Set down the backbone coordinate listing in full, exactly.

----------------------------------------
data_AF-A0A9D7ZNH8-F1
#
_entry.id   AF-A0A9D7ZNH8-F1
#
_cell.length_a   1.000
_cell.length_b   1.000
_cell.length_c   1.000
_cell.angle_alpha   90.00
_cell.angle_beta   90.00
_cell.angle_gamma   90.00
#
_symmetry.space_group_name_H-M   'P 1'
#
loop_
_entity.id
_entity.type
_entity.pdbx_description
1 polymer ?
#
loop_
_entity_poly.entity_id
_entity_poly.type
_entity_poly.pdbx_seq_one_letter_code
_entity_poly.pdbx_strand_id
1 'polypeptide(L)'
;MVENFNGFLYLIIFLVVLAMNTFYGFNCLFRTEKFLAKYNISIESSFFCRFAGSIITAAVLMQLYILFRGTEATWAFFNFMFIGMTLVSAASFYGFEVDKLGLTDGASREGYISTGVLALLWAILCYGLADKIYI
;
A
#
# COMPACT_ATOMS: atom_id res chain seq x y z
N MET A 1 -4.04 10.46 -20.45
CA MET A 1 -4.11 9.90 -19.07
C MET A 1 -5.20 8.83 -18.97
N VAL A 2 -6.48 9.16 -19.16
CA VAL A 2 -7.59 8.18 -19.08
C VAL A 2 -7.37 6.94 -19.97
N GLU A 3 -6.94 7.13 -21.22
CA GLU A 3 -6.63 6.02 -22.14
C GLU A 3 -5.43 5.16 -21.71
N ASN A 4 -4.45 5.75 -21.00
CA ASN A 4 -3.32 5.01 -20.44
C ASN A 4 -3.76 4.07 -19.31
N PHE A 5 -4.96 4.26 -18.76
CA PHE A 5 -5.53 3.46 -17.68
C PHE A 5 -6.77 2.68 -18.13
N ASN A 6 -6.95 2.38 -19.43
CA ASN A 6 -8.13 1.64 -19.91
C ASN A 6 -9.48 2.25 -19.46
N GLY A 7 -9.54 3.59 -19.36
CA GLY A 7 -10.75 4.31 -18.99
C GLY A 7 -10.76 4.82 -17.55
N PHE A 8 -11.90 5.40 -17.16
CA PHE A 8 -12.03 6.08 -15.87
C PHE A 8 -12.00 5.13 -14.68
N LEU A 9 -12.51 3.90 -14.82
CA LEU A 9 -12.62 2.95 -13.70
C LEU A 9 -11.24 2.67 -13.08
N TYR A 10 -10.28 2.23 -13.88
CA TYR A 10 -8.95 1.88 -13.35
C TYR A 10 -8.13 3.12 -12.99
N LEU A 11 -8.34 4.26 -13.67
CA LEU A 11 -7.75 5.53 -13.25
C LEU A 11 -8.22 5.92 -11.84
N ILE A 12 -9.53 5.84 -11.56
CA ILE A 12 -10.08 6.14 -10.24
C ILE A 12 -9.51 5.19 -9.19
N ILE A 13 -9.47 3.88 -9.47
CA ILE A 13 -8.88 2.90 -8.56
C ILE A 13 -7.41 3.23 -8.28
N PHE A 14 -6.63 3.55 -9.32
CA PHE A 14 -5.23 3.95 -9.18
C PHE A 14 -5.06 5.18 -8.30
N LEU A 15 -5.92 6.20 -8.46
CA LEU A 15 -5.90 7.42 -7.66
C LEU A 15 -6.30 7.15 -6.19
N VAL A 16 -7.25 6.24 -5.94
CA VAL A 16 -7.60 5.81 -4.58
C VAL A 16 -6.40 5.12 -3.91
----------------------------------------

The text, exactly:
data_AF-A0A9D7ZNH8-F1
#
_entry.id   AF-A0A9D7ZNH8-F1
#
_cell.length_a   1.000
_cell.length_b   1.000
_cell.length_c   1.000
_cell.angle_alpha   90.00
_cell.angle_beta   90.00
_cell.angle_gamma   90.00
#
_symmetry.space_group_name_H-M   'P 1'
#
loop_
_entity.id
_entity.type
_entity.pdbx_description
1 polymer ?
#
loop_
_entity_poly.entity_id
_entity_poly.type
_entity_poly.pdbx_seq_one_letter_code
_entity_poly.pdbx_strand_id
1 'polypeptide(L)'
;MVENFNGFLYLIIFLVVLAMNTFYGFNCLFRTEKFLAKYNISIESSFFCRFAGSIITAAVLMQLYILFRGTEATWAFFNFMFIGMTLVSAASFYGFEVDKLGLTDGASREGYISTGVLALLWAILCYGLADKIYI
;
A
#
# COMPACT_ATOMS: atom_id res chain seq x y z
N MET A 1 -4.04 10.46 -20.45
CA MET A 1 -4.11 9.90 -19.07
C MET A 1 -5.20 8.83 -18.97
N VAL A 2 -6.48 9.16 -19.16
CA VAL A 2 -7.59 8.18 -19.08
C VAL A 2 -7.37 6.94 -19.97
N GLU A 3 -6.94 7.13 -21.22
CA GLU A 3 -6.63 6.02 -22.14
C GLU A 3 -5.43 5.16 -21.71
N ASN A 4 -4.45 5.75 -21.00
CA ASN A 4 -3.32 5.01 -20.44
C ASN A 4 -3.76 4.07 -19.31
N PHE A 5 -4.96 4.26 -18.76
CA PHE A 5 -5.53 3.46 -17.68
C PHE A 5 -6.77 2.68 -18.13
N ASN A 6 -6.95 2.38 -19.43
CA ASN A 6 -8.13 1.64 -19.91
C ASN A 6 -9.48 2.25 -19.46
N GLY A 7 -9.54 3.59 -19.36
CA GLY A 7 -10.75 4.31 -18.99
C GLY A 7 -10.76 4.82 -17.55
N PHE A 8 -11.90 5.40 -17.16
CA PHE A 8 -12.03 6.08 -15.87
C PHE A 8 -12.00 5.13 -14.68
N LEU A 9 -12.51 3.90 -14.82
CA LEU A 9 -12.62 2.95 -13.70
C LEU A 9 -11.24 2.67 -13.08
N TYR A 10 -10.28 2.23 -13.88
CA TYR A 10 -8.95 1.88 -13.35
C TYR A 10 -8.13 3.12 -12.99
N LEU A 11 -8.34 4.26 -13.67
CA LEU A 11 -7.75 5.53 -13.25
C LEU A 11 -8.22 5.92 -11.84
N ILE A 12 -9.53 5.84 -11.56
CA ILE A 12 -10.08 6.14 -10.24
C ILE A 12 -9.51 5.19 -9.19
N ILE A 13 -9.47 3.88 -9.47
CA ILE A 13 -8.88 2.90 -8.56
C ILE A 13 -7.41 3.23 -8.28
N PHE A 14 -6.63 3.55 -9.32
CA PHE A 14 -5.23 3.95 -9.18
C PHE A 14 -5.06 5.18 -8.30
N LEU A 15 -5.92 6.20 -8.46
CA LEU A 15 -5.90 7.42 -7.66
C LEU A 15 -6.30 7.15 -6.19
N VAL A 16 -7.25 6.24 -5.94
CA VAL A 16 -7.60 5.81 -4.58
C VAL A 16 -6.40 5.12 -3.91